Grape growers in Oregon’s Willamette Valley typically spray their vines for powdery mildew at one- to two-week intervals, depending on disease pressure in the field.

A few growers in the region, however, significantly reduced their fungicide applications in 2016 without repercussions, thanks to a network of spore samplers deployed by Amy Peetz of Revolution Crop Consultants of Albany, Ore.

“Where this science comes in spectacularly is it takes seven to 10 days for spores to germinate and signs of disease to become visible,” Peetz explained. “This gives growers a seven- to 10-day jump on protecting plants against disease.”

Peetz researched spore samplers in hops as a graduate student under Walter Mahaffee, a USDA Agricultural Research Service plant pathologist who is also on the Oregon State University faculty. Mahaffee started studying spore samplers in viticulture and hops in 2002, along with Gary Grove of Washington State University.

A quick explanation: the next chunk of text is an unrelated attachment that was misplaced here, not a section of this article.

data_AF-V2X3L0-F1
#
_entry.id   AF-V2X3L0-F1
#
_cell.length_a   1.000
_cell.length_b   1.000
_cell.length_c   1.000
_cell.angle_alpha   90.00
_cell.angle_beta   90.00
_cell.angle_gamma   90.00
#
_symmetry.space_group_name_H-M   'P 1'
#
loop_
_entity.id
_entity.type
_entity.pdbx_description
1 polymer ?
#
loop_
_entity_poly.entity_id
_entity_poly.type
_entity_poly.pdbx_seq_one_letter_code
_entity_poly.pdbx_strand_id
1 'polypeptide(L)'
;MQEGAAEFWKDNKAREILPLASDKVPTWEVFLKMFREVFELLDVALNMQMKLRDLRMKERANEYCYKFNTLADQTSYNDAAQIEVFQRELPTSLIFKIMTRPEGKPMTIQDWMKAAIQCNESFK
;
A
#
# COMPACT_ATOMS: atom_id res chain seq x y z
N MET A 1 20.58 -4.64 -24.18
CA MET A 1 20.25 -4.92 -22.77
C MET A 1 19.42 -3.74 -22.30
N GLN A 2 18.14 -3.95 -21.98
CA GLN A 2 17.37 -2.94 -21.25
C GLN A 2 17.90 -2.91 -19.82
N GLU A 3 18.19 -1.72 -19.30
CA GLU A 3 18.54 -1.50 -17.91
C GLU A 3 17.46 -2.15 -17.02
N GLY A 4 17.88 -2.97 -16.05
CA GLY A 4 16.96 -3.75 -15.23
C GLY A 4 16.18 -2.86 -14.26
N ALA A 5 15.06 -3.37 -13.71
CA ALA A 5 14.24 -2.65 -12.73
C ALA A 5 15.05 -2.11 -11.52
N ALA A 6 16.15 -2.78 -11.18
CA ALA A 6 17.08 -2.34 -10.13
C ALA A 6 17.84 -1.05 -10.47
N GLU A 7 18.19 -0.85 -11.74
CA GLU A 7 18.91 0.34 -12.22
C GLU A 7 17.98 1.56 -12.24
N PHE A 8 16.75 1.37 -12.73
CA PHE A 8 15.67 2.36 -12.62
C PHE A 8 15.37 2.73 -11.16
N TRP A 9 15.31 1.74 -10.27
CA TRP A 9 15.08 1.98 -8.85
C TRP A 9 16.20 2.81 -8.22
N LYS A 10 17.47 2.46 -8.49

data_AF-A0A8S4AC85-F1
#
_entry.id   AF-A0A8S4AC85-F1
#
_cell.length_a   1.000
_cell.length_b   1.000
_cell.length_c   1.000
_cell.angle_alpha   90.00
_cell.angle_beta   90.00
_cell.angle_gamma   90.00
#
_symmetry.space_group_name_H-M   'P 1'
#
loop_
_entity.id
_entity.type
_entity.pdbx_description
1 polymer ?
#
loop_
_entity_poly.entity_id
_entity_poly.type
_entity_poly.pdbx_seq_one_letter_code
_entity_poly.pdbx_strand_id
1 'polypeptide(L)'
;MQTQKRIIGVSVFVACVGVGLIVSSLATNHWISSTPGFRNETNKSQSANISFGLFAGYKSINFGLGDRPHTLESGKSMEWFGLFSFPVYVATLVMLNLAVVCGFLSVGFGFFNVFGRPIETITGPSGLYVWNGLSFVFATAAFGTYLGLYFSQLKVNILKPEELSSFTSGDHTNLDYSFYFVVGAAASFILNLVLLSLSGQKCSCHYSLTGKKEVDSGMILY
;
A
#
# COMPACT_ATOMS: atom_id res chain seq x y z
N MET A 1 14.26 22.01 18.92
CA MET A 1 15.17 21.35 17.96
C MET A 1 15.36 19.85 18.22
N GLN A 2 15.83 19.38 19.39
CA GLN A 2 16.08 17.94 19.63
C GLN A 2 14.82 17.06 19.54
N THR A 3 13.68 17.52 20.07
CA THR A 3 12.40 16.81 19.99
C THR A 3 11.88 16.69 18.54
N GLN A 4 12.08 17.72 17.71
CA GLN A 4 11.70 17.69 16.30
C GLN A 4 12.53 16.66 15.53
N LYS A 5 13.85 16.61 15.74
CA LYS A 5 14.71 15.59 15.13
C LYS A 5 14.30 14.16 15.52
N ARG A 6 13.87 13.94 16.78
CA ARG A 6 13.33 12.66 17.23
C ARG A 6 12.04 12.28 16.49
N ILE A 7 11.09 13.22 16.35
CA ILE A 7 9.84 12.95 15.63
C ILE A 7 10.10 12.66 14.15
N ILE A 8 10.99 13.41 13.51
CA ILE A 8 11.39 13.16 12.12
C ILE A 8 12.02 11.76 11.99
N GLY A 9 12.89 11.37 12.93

“Over the last eight to nine years that we’ve tested it out in the field, the (grape) growers have saved somewhere between two and four applications per year,” Mahaffee said, adding that the Oregon Wine Board estimates spore sampling saves growers $1 million to $2 million annually.

He’s also helped Coastal Viticulture Consultants in Northern California set up spore trapping for powdery mildew.

Mahaffee believes the technology is just now coming of age on a broader scale, but it won’t be effective in every situation.

“It’s hard to say where it will and won’t be useful,” Mahaffee said. “There’s a lot that has to go into considering the utility of an approach like this.”

Rubella Goswami, a plant pathologist with the National Plant Diagnostic Network, explained spore sampling has been practiced for a long time, especially in epidemiological studies such as tracking how some rust spores migrated from South America to North America. But it’s becoming more popular due to advancements in technology, and is increasingly being used to forecast diseases.